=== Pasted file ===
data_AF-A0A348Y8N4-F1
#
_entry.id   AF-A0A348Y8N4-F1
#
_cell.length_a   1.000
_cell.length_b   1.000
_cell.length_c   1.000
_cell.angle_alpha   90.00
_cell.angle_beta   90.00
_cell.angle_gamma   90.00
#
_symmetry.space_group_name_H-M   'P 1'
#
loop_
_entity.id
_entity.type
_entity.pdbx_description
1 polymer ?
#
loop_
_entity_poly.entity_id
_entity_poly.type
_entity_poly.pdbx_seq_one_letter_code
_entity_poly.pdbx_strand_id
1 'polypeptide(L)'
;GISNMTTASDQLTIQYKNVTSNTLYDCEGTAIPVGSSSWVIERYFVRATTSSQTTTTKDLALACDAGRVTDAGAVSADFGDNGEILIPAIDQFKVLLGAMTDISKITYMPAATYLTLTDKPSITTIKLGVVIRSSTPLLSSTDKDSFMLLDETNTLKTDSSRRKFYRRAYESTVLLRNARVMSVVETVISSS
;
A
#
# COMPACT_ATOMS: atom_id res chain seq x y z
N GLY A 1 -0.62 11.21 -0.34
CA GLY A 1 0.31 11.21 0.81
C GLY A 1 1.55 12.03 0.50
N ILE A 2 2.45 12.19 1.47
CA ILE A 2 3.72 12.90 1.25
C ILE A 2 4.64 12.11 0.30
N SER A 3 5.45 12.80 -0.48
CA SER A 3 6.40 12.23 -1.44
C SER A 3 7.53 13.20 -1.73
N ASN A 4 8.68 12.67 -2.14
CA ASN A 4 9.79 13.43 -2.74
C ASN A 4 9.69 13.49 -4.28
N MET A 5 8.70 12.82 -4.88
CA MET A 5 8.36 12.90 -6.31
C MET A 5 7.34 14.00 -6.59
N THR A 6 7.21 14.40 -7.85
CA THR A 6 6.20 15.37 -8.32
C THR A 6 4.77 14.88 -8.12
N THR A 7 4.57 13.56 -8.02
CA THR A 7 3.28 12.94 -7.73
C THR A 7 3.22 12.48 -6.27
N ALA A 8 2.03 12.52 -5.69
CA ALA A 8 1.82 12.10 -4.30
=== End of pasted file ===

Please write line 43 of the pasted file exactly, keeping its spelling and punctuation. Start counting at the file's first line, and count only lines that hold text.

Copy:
N MET A 5 8.70 12.82 -4.88